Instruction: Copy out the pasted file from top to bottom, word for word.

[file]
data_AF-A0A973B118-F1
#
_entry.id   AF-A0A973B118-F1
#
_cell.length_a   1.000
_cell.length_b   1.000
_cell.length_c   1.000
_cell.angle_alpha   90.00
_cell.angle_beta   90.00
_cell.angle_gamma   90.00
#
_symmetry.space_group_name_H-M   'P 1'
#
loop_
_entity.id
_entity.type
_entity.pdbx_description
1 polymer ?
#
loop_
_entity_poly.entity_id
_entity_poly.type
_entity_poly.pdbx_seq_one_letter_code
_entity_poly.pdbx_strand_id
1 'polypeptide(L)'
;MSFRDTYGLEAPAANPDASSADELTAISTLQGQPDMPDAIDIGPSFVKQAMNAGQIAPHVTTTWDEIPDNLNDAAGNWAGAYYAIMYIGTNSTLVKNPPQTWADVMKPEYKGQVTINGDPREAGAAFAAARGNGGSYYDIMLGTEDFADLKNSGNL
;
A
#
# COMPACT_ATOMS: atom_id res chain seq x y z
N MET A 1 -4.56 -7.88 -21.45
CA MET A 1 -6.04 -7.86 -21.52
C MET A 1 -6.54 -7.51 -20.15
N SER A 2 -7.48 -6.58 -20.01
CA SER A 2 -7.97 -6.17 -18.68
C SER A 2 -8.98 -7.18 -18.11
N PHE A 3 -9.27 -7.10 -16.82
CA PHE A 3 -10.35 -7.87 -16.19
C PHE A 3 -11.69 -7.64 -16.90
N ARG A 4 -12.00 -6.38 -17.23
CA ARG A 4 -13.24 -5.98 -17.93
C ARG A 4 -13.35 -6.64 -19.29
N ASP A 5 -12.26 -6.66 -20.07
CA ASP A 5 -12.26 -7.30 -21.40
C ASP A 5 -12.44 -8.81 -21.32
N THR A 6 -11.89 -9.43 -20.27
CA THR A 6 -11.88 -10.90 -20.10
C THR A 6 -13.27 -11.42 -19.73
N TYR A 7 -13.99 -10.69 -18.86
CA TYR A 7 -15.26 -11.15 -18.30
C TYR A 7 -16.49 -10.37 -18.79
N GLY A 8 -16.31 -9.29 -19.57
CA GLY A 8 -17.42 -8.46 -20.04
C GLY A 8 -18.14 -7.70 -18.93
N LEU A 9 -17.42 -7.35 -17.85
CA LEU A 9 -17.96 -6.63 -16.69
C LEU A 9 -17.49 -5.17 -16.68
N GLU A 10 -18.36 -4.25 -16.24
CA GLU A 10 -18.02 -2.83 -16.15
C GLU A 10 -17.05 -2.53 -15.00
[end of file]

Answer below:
data_AF-A0A973B118-F1
#
_entry.id   AF-A0A973B118-F1
#
_cell.length_a   1.000
_cell.length_b   1.000
_cell.length_c   1.000
_cell.angle_alpha   90.00
_cell.angle_beta   90.00
_cell.angle_gamma   90.00
#
_symmetry.space_group_name_H-M   'P 1'
#
loop_
_entity.id
_entity.type
_entity.pdbx_description
1 polymer ?
#
loop_
_entity_poly.entity_id
_entity_poly.type
_entity_poly.pdbx_seq_one_letter_code
_entity_poly.pdbx_strand_id
1 'polypeptide(L)'
;MSFRDTYGLEAPAANPDASSADELTAISTLQGQPDMPDAIDIGPSFVKQAMNAGQIAPHVTTTWDEIPDNLNDAAGNWAGAYYAIMYIGTNSTLVKNPPQTWADVMKPEYKGQVTINGDPREAGAAFAAARGNGGSYYDIMLGTEDFADLKNSGNL
;
A
#
# COMPACT_ATOMS: atom_id res chain seq x y z
N MET A 1 -4.56 -7.88 -21.45
CA MET A 1 -6.04 -7.86 -21.52
C MET A 1 -6.54 -7.51 -20.15
N SER A 2 -7.48 -6.58 -20.01
CA SER A 2 -7.97 -6.17 -18.68
C SER A 2 -8.98 -7.18 -18.11
N PHE A 3 -9.27 -7.10 -16.82
CA PHE A 3 -10.35 -7.87 -16.19
C PHE A 3 -11.69 -7.64 -16.90
N ARG A 4 -12.00 -6.38 -17.23
CA ARG A 4 -13.24 -5.98 -17.93
C ARG A 4 -13.35 -6.64 -19.29
N ASP A 5 -12.26 -6.66 -20.07
CA ASP A 5 -12.26 -7.30 -21.40
C ASP A 5 -12.44 -8.81 -21.32
N THR A 6 -11.89 -9.43 -20.27
CA THR A 6 -11.88 -10.90 -20.10
C THR A 6 -13.27 -11.42 -19.73
N TYR A 7 -13.99 -10.69 -18.86
CA TYR A 7 -15.26 -11.15 -18.30
C TYR A 7 -16.49 -10.37 -18.79
N GLY A 8 -16.31 -9.29 -19.57
CA GLY A 8 -17.42 -8.46 -20.04
C GLY A 8 -18.14 -7.70 -18.93
N LEU A 9 -17.42 -7.35 -17.85
CA LEU A 9 -17.96 -6.63 -16.69
C LEU A 9 -17.49 -5.17 -16.68
N GLU A 10 -18.36 -4.25 -16.24
CA GLU A 10 -18.02 -2.83 -16.15
C GLU A 10 -17.05 -2.53 -15.00